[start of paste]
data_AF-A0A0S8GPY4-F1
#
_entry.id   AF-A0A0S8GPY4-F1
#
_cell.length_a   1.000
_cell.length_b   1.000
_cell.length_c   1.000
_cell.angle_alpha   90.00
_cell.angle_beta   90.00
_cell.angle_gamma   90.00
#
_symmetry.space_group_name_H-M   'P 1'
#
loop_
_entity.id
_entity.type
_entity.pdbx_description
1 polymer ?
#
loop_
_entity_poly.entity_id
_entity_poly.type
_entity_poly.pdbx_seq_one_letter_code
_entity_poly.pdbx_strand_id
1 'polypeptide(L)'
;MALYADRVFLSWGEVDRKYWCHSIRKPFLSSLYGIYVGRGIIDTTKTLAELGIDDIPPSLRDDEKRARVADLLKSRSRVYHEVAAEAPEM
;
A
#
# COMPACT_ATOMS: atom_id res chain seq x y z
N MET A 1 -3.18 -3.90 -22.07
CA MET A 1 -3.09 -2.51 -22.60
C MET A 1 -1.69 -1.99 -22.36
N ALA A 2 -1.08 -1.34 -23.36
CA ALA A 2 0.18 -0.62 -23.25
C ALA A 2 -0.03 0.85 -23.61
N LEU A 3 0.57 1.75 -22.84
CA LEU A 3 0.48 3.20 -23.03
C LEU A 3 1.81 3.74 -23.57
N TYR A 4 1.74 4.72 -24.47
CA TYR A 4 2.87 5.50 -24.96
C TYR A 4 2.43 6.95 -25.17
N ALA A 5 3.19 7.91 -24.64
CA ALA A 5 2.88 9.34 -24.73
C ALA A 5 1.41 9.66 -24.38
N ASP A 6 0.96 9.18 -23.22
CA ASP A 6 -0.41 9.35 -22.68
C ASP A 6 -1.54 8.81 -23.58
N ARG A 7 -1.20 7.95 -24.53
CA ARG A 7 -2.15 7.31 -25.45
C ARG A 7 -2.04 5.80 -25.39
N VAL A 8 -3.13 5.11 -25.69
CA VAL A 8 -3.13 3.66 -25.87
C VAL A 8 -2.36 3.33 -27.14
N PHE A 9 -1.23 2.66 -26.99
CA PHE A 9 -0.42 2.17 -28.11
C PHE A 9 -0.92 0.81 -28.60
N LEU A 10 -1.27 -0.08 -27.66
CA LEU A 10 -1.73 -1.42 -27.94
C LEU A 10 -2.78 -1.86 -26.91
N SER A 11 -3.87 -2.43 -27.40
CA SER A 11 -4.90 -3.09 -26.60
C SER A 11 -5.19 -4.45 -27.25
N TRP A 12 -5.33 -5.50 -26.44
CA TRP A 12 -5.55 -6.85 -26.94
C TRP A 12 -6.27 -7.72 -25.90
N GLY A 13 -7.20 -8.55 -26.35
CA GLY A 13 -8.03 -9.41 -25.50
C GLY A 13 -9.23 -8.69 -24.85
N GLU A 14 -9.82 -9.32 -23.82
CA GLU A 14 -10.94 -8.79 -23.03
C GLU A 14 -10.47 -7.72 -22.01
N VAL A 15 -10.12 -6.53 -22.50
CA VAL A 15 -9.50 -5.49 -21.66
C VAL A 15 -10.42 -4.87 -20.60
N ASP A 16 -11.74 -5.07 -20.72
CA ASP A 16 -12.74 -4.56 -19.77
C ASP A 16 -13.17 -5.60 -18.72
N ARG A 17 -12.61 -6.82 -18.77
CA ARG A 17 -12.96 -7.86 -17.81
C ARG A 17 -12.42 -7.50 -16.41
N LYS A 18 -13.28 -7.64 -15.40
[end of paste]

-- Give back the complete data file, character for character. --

data_AF-A0A0S8GPY4-F1
#
_entry.id   AF-A0A0S8GPY4-F1
#
_cell.length_a   1.000
_cell.length_b   1.000
_cell.length_c   1.000
_cell.angle_alpha   90.00
_cell.angle_beta   90.00
_cell.angle_gamma   90.00
#
_symmetry.space_group_name_H-M   'P 1'
#
loop_
_entity.id
_entity.type
_entity.pdbx_description
1 polymer ?
#
loop_
_entity_poly.entity_id
_entity_poly.type
_entity_poly.pdbx_seq_one_letter_code
_entity_poly.pdbx_strand_id
1 'polypeptide(L)'
;MALYADRVFLSWGEVDRKYWCHSIRKPFLSSLYGIYVGRGIIDTTKTLAELGIDDIPPSLRDDEKRARVADLLKSRSRVYHEVAAEAPEM
;
A
#
# COMPACT_ATOMS: atom_id res chain seq x y z
N MET A 1 -3.18 -3.90 -22.07
CA MET A 1 -3.09 -2.51 -22.60
C MET A 1 -1.69 -1.99 -22.36
N ALA A 2 -1.08 -1.34 -23.36
CA ALA A 2 0.18 -0.62 -23.25
C ALA A 2 -0.03 0.85 -23.61
N LEU A 3 0.57 1.75 -22.84
CA LEU A 3 0.48 3.20 -23.03
C LEU A 3 1.81 3.74 -23.57
N TYR A 4 1.74 4.72 -24.47
CA TYR A 4 2.87 5.50 -24.96
C TYR A 4 2.43 6.95 -25.17
N ALA A 5 3.19 7.91 -24.64
CA ALA A 5 2.88 9.34 -24.73
C ALA A 5 1.41 9.66 -24.38
N ASP A 6 0.96 9.18 -23.22
CA ASP A 6 -0.41 9.35 -22.68
C ASP A 6 -1.54 8.81 -23.58
N ARG A 7 -1.20 7.95 -24.53
CA ARG A 7 -2.15 7.31 -25.45
C ARG A 7 -2.04 5.80 -25.39
N VAL A 8 -3.13 5.11 -25.69
CA VAL A 8 -3.13 3.66 -25.87
C VAL A 8 -2.36 3.33 -27.14
N PHE A 9 -1.23 2.66 -26.99
CA PHE A 9 -0.42 2.17 -28.11
C PHE A 9 -0.92 0.81 -28.60
N LEU A 10 -1.27 -0.08 -27.66
CA LEU A 10 -1.73 -1.42 -27.94
C LEU A 10 -2.78 -1.86 -26.91
N SER A 11 -3.87 -2.43 -27.40
CA SER A 11 -4.90 -3.09 -26.60
C SER A 11 -5.19 -4.45 -27.25
N TRP A 12 -5.33 -5.50 -26.44
CA TRP A 12 -5.55 -6.85 -26.94
C TRP A 12 -6.27 -7.72 -25.90
N GLY A 13 -7.20 -8.55 -26.35
CA GLY A 13 -8.03 -9.41 -25.50
C GLY A 13 -9.23 -8.69 -24.85
N GLU A 14 -9.82 -9.32 -23.82
CA GLU A 14 -10.94 -8.79 -23.03
C GLU A 14 -10.47 -7.72 -22.01
N VAL A 15 -10.12 -6.53 -22.50
CA VAL A 15 -9.50 -5.49 -21.66
C VAL A 15 -10.42 -4.87 -20.60
N ASP A 16 -11.74 -5.07 -20.72
CA ASP A 16 -12.74 -4.56 -19.77
C ASP A 16 -13.17 -5.60 -18.72
N ARG A 17 -12.61 -6.82 -18.77
CA ARG A 17 -12.96 -7.86 -17.81
C ARG A 17 -12.42 -7.50 -16.41
N LYS A 18 -13.28 -7.64 -15.40